Combinatorial Chemistry is a technique used to synthesize a library of compounds and screen for a desired property. Instead of screening one compound at a time, the compounds are screened more efficiently in mixtures which maximize the use of resources while increasing the possibility of identifying an active compound. This is a key goal of the pharmaceutical industry and thus a common practice in Drug Discovery.
This lesson serves as a pre-lab activity in which students will gain valuable background knowledge as well as learn key skills that they will use to identify a potential drug that kills bacteria in a future lab series. Students will preview the methods used to test mixtures for antibiotic activity and to isolate individual compound components to confirm antibiotic properties. Finally, students will explore two critical techniques (Kirby-Bauer and Ouchterlony Assays) used both in the detection of antibiotic resistance and the identification of new compounds, using Combinatorial Chemistry, to combat address this growing public health threat.
Allow students to demonstrate mastery of the newly acquired skills or knowledge:
1. Students measure the zone of inhibition (ZOI) using the appropriate tools, methods and units.
2. Use standard ZOI chart to determine antibiotic susceptibility.
3. Use Kirby-Bauer assay ZOI results to determine best course of therapy for mock patients.
4. Extension: Identify class of microbe based on Kirby-Bauer assay results by performing a Gram-Stain.
NATIONAL BIOTECHNOLOGY STANDARD(S):
BT. 1.7 Demonstrate knowledge of standard precautions including proper storage, handling and disposal of biohazardous materials.
BT. 5.4 Apply the basic concepts of cell growth to manipulate cultures under aseptic conditions in the laboratory.
BT. 7.2 Research ethical issues presented by evolving science, including genetically modified foods, cloning, bioterrorism, gene therapy, and stem cells.
BT. 10.5 Demonstrate knowledge of the elements of scientific methodology, analysis of data, and developing conclusions (from laboratory assays such as the Gram-Stain and ZOI assay)
Engage (Activate Student Thinking)
1. What are the facts in this case?
2. How did we get here as a global health community?
3. Why are our antibiotics not working?
Explore (Guided/Student-Centered Activity)
Scenario: Imagine....you are a doctor in a country where TB infections have reached crisis levels. Although it was once treatable, now no patients respond to the first-line medications available.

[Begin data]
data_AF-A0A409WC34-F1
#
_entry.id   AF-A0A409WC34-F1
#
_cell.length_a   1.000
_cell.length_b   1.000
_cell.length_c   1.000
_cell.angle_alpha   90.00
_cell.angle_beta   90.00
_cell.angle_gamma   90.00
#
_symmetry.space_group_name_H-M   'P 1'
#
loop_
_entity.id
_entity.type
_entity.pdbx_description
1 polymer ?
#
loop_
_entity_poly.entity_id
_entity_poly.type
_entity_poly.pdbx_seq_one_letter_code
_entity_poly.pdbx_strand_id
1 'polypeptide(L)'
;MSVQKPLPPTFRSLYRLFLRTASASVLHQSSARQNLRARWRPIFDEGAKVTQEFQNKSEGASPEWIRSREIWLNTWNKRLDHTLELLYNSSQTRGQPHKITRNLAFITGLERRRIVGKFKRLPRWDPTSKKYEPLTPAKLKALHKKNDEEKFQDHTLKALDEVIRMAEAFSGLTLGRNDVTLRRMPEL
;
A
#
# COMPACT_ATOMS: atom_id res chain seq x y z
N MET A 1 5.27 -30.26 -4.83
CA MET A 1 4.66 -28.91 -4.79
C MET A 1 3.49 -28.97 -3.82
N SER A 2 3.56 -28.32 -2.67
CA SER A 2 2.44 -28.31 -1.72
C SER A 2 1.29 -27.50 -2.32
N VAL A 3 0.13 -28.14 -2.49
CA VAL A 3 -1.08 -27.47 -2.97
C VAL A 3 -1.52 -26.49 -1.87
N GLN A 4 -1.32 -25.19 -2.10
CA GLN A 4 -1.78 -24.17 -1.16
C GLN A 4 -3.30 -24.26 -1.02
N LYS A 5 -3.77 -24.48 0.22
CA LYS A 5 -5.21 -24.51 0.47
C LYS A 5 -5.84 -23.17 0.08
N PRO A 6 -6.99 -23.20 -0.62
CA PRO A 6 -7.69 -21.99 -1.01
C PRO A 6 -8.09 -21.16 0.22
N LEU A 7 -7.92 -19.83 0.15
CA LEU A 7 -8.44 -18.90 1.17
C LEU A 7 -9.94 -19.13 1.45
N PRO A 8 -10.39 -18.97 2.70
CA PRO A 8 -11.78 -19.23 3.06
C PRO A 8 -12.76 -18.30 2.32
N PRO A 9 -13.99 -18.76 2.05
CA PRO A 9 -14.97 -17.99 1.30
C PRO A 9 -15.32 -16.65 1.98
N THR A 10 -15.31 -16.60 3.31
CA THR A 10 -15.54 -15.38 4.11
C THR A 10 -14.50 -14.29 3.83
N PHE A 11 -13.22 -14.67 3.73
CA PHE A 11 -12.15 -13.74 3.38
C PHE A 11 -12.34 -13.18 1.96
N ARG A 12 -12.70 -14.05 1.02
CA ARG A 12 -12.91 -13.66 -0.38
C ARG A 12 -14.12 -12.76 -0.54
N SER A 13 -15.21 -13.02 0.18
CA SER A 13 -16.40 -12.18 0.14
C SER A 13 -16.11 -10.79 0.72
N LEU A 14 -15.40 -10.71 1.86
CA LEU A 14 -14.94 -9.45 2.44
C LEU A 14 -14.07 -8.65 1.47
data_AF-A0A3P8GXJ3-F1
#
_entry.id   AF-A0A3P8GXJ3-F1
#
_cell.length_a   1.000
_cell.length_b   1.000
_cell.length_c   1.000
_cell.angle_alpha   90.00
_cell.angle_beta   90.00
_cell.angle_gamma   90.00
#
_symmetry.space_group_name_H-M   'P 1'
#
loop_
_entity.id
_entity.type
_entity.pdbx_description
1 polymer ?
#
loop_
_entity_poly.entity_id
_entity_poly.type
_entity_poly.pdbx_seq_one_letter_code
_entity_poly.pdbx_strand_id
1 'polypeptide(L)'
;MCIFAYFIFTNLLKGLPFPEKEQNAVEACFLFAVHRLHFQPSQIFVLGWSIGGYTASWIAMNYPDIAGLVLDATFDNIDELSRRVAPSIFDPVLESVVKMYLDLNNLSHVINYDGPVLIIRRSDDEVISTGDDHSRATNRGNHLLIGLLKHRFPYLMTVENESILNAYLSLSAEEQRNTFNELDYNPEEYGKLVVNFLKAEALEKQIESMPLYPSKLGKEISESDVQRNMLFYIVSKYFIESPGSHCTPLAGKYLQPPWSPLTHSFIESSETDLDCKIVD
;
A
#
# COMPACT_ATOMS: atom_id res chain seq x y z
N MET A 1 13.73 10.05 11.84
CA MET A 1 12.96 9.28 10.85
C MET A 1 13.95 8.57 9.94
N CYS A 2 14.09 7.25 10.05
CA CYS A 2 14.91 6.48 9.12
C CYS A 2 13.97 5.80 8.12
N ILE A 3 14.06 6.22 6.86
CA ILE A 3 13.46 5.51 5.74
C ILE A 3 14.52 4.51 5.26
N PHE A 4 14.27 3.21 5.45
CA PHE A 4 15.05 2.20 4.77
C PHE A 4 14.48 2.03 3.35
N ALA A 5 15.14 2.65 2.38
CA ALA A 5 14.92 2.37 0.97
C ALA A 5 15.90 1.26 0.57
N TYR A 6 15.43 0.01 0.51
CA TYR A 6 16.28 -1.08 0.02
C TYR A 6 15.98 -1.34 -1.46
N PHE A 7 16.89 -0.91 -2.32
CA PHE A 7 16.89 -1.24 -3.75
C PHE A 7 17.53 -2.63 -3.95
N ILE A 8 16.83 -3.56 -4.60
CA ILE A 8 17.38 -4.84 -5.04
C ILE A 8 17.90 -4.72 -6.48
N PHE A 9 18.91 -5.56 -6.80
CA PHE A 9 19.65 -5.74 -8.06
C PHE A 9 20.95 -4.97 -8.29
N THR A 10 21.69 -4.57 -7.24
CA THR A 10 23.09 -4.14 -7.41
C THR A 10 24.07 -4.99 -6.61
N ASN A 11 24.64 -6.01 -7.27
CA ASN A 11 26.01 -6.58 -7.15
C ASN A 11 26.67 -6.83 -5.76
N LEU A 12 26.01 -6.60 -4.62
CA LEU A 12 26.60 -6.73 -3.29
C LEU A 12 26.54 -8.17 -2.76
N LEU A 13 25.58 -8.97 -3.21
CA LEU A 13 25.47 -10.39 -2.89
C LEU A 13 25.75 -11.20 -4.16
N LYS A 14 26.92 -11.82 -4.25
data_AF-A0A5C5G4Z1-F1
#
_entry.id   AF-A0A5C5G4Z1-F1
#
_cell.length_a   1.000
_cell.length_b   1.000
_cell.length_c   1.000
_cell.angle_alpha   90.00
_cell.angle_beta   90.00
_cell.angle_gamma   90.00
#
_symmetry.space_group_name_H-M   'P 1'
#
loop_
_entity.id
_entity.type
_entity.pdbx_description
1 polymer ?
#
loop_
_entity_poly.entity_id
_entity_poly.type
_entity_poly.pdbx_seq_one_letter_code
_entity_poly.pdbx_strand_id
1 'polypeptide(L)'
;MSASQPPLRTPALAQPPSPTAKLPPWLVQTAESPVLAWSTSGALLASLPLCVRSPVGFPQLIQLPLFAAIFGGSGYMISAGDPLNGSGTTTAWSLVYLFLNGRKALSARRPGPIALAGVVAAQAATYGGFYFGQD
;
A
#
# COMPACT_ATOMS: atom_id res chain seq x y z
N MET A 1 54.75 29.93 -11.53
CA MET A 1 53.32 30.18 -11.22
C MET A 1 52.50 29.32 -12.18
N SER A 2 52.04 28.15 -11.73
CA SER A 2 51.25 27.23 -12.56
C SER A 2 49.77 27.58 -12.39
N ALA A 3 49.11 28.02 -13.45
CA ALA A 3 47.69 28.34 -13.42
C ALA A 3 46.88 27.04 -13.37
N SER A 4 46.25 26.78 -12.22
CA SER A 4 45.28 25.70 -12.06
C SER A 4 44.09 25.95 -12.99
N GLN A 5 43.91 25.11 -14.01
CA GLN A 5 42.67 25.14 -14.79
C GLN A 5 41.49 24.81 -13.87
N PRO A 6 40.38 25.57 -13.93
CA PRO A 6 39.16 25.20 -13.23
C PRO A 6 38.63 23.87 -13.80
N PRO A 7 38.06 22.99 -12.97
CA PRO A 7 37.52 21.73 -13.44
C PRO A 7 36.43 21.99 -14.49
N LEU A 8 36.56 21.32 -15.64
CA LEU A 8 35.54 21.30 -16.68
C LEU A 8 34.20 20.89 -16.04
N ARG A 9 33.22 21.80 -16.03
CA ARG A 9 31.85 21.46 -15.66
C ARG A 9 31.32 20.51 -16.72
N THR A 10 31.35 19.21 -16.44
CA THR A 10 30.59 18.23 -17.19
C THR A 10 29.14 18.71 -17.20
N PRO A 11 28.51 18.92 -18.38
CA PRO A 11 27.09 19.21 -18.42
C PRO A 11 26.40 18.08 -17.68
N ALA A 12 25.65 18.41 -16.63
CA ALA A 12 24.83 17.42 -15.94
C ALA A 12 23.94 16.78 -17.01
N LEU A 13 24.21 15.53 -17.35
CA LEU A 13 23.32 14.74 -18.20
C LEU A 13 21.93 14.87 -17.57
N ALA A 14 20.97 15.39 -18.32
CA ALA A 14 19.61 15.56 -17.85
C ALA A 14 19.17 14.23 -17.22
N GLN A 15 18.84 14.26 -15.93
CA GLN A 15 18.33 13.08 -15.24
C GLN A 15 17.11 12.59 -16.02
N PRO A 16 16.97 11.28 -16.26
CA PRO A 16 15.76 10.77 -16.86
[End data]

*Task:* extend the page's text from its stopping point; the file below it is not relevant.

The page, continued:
Explain (Formulate Ideas)
Introduction to the Kirby-Bauer Assay
Now that a student's "need to know", in terms of how to address this global threat has been activated, explain the Kirby-Bauer Assay. Begin by explaining why the measurement of the Zone of Inhibition, when searching for new potential drug therapies such as Compounds A thru G on SLIDE 11, is so important and how this measurement is actually obtained (refer to SLIDE 10 and 15). After recording the measurements in the table on Page 3 and 4 of the student lesson guide, explain the relationship between the microbe which may possess the ability to survive in the presence of the antimicrobial agent and the mechanism of action and properties of many antimicrobial agents. Then determine if each result or the unknown microbes reaction to being exposed to the various antibiotics based on the measurements would be classified as resistant, intermediate, or susceptible.
Elaborate (Apply and Extend Understanding)
Whole Group Discussion:
1. Did any of the potential novel compounds possess antimicrobial properties? How did you arrive at this conclusion?
2. Based on the facts presented in this case, in the event a new drug is discovered, who should receive the promising new drug therapy first? Justify your recommendation!
As a group we view the video clip, "How a Drug Becomes a Drug" and pose a third and final inquiry.
3. Who, if anyone, owns the "rights" to novel compounds which are ultimately incorporated into new drug therapies? Apply information gained from the video clip as evidence to support your claim.
Evaluate (Monitor Understanding)
Scenario/Exit Ticket: You just hired a new biotechnologist in your hospital pathology lab...and there is much work to be done!! Quickly explain to your newbie how to conduct an antibiotic susceptibility test and the purpose for conducting this assay! (In other words, explain WHAT it is and WHY it is performed?)
Real World Connection
Instructors may extend the learning of antibiotic resistance and Combinatorial Chemistry by completing the Combi Chem Lab Series also posted here on BetterLessons. An overview of the Combi Chem Labs is outlined in a comprehensive PowerPoint Presentation in addition to the equations and required mathematical calculations which are previewed in student compound prep tables and data collection sheets.